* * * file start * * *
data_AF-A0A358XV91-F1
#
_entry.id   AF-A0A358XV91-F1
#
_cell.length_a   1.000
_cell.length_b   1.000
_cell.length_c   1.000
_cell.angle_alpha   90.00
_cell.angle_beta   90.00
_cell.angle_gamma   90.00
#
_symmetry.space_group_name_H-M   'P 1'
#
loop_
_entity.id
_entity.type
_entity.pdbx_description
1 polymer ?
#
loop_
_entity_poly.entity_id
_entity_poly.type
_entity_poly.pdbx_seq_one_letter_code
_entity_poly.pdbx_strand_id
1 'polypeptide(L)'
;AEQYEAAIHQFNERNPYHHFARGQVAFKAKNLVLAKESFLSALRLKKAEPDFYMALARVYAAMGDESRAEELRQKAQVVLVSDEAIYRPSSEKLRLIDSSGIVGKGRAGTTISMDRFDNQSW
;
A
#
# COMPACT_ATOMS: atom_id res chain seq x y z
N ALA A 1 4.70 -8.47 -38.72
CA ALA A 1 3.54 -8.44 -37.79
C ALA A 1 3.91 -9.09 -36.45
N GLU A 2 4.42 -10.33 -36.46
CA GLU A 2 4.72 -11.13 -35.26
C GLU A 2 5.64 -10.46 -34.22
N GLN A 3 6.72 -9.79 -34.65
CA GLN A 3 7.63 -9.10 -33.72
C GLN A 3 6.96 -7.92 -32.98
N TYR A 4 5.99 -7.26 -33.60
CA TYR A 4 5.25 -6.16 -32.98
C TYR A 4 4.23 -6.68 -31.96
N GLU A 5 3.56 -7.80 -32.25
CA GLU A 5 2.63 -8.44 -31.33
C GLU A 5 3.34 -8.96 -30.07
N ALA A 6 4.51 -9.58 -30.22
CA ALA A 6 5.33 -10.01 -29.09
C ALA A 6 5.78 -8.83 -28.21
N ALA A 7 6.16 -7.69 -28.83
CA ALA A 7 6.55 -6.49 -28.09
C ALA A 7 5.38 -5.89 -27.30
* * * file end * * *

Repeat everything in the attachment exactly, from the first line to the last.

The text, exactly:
data_AF-A0A358XV91-F1
#
_entry.id   AF-A0A358XV91-F1
#
_cell.length_a   1.000
_cell.length_b   1.000
_cell.length_c   1.000
_cell.angle_alpha   90.00
_cell.angle_beta   90.00
_cell.angle_gamma   90.00
#
_symmetry.space_group_name_H-M   'P 1'
#
loop_
_entity.id
_entity.type
_entity.pdbx_description
1 polymer ?
#
loop_
_entity_poly.entity_id
_entity_poly.type
_entity_poly.pdbx_seq_one_letter_code
_entity_poly.pdbx_strand_id
1 'polypeptide(L)'
;AEQYEAAIHQFNERNPYHHFARGQVAFKAKNLVLAKESFLSALRLKKAEPDFYMALARVYAAMGDESRAEELRQKAQVVLVSDEAIYRPSSEKLRLIDSSGIVGKGRAGTTISMDRFDNQSW
;
A
#
# COMPACT_ATOMS: atom_id res chain seq x y z
N ALA A 1 4.70 -8.47 -38.72
CA ALA A 1 3.54 -8.44 -37.79
C ALA A 1 3.91 -9.09 -36.45
N GLU A 2 4.42 -10.33 -36.46
CA GLU A 2 4.72 -11.13 -35.26
C GLU A 2 5.64 -10.46 -34.22
N GLN A 3 6.72 -9.79 -34.65
CA GLN A 3 7.63 -9.10 -33.72
C GLN A 3 6.96 -7.92 -32.98
N TYR A 4 5.99 -7.26 -33.60
CA TYR A 4 5.25 -6.16 -32.98
C TYR A 4 4.23 -6.68 -31.96
N GLU A 5 3.56 -7.80 -32.25
CA GLU A 5 2.63 -8.44 -31.33
C GLU A 5 3.34 -8.96 -30.07
N ALA A 6 4.51 -9.58 -30.22
CA ALA A 6 5.33 -10.01 -29.09
C ALA A 6 5.78 -8.83 -28.21
N ALA A 7 6.16 -7.69 -28.83
CA ALA A 7 6.55 -6.49 -28.09
C ALA A 7 5.38 -5.89 -27.30